While AMD may release the core edition of a GPU, the real difference comes from the tweaks that individual manufacturers make, and one of the biggest factors to look at is overclocking potential. XFX does a great job of making the most of what the RX 580 has to offer. It’s been signed an OC+ rating by XFX, and that means that it can push beyond the potential of even the XFX True Clock rating. The True Clock rating boosts past the RX 580’s base clock speed of 1340MHz to 1366MHz, while the OC+ extends that to a respectable 1386MHz. It may seem like a fairly marginal difference, but it’s noticeable.
For users who are worried about burning out their GPU, there’s little to be concerned about. True Clock settings are automated by the hardware to ensure that you’re always receiving optimal safe performance for the situation. And while OC+ gives you a lot more versatility for manual controls, you don’t have to take any risks for the sake of performance. A number of factory tested speeds can be enabled using the free Wattman utility (which is also used to configure the Radeon Chill settings).
XFX is known for their cooling solutions, and they haven’t pulled any punches with their take on the RX 580. The XXX edition is a chunkier card, but much of that extra space is dedicated to the strong and sensible cooling system. The dual slot cooler consists of two separate fans that cover the length of the card, and it does a workmanlike job of keeping things running smoothly even when running high power modern games.
But XFX’s commitment to preventing overheating goes beyond the GPU itself. Their proprietary tech offers cooling solutions for both the memory and the VRM components. It can reduce VRM temperatures by as much as 86 degrees Fahrenheit and GDDR temperatures by as much as 68 degrees. That’s a big deal considering that one of the major selling points of this card is the 8GB of RAM. All told, you can expect the XXX to expect a relatively modest minimum power requirement of 500 watts.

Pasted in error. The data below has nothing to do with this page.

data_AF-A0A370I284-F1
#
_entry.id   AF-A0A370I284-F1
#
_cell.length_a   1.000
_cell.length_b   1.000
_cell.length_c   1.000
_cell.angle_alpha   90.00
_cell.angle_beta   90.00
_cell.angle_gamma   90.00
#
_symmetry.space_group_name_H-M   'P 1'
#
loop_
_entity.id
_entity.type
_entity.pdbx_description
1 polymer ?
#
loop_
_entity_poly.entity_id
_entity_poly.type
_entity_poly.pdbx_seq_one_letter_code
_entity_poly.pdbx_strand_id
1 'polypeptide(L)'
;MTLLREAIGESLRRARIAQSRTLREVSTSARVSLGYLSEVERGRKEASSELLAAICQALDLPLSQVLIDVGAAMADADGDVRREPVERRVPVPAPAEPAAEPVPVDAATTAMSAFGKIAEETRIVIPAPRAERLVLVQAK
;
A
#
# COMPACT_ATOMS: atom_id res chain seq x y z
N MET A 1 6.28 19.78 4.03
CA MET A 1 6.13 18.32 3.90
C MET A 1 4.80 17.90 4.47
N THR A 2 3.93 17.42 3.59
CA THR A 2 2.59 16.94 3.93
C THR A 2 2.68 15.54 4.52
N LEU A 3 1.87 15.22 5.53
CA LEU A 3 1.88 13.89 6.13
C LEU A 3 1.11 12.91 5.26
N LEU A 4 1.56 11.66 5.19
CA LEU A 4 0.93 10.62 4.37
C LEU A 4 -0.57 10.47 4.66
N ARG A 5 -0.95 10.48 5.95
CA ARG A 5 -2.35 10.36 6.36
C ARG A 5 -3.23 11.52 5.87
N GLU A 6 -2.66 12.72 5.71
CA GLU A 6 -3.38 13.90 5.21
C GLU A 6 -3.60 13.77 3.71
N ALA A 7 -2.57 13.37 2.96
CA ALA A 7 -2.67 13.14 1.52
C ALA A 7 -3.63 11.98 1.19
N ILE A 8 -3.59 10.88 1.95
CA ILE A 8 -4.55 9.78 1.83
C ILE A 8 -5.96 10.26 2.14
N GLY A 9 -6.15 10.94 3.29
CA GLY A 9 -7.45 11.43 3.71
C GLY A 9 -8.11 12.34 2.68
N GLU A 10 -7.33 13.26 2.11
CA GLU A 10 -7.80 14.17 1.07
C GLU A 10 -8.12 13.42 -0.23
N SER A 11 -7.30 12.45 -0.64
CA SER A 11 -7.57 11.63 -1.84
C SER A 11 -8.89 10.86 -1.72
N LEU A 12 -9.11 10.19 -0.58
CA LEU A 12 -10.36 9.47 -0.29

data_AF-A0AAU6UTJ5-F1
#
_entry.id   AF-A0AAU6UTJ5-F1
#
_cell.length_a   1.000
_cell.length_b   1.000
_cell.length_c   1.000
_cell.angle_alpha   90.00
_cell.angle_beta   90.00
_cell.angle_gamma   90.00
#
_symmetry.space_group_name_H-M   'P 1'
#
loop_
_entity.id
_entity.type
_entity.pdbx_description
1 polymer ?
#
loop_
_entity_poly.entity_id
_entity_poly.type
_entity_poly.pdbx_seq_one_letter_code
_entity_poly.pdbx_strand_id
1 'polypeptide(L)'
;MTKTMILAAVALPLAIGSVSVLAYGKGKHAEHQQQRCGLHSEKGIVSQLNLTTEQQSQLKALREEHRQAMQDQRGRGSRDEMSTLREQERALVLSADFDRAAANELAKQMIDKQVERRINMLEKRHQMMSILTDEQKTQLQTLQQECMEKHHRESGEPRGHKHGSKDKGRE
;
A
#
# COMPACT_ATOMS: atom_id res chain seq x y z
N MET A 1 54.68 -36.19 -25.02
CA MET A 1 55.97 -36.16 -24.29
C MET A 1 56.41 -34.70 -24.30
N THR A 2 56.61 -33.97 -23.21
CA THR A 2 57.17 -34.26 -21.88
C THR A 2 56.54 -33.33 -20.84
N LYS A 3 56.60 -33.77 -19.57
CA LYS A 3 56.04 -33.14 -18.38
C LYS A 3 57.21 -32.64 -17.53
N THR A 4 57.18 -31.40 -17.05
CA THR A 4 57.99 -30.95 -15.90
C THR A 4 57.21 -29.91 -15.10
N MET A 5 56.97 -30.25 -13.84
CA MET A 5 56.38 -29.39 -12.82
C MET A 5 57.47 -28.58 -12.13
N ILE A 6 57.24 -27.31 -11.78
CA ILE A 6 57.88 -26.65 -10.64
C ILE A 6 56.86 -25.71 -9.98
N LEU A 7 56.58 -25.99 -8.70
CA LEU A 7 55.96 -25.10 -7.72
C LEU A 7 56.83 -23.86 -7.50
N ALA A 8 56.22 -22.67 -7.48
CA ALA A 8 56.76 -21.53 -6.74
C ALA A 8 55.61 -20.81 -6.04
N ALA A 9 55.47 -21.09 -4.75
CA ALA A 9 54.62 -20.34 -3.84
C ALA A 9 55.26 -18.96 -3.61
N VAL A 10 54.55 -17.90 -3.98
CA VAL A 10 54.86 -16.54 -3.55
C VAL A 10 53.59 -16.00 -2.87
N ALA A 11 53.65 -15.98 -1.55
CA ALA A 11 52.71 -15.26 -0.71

AMD’s card may not be able to boast the A.I. integration or ray tracing of Nvidia’s latest and greatest, but this budget card offers two major advantages that can have a significant effect on your gameplay experience. The first is the inclusion of FreeSync technology, while the latter is the new LiquidVR tech.
FreeSync stands to compete with Nvidia’s G-Sync. Both technologies are designed to reduce tearing and stuttering during gameplay, but they follow different philosophies to achieve that. G-Sync is arguably better at the task, but it accomplishes that with a premium charge. Not only are you paying more for the privilege of G-Sync built into your GPU, but you also need to find a quality monitor capable of supporting G-Sync. FreeSync, by comparison, offers extensive compatibility. Practically any decent monitor offers native support for FreeSync tech.
LiquidVR is proof that while the RX 580 may sit in the budget price range, it’s still equipped to handle the newest revolutions in gaming. LiquidVR offers compatibility with all of the major virtual reality headsets in production, and it’s designed to deliver smooth and stutter-free VR experiences with virtually non-existent levels of latency.
AMD’s Radeon RX 580 is almost undoubtedly the best GPU in its price range, and XFX’s spin on the core model makes it even more tantalizing. The combination of great overclocking features and cooling compensation that’s more than enough to accommodate the higher power usage ensures that you’ll get the most out of what this gaming graphics card can offer.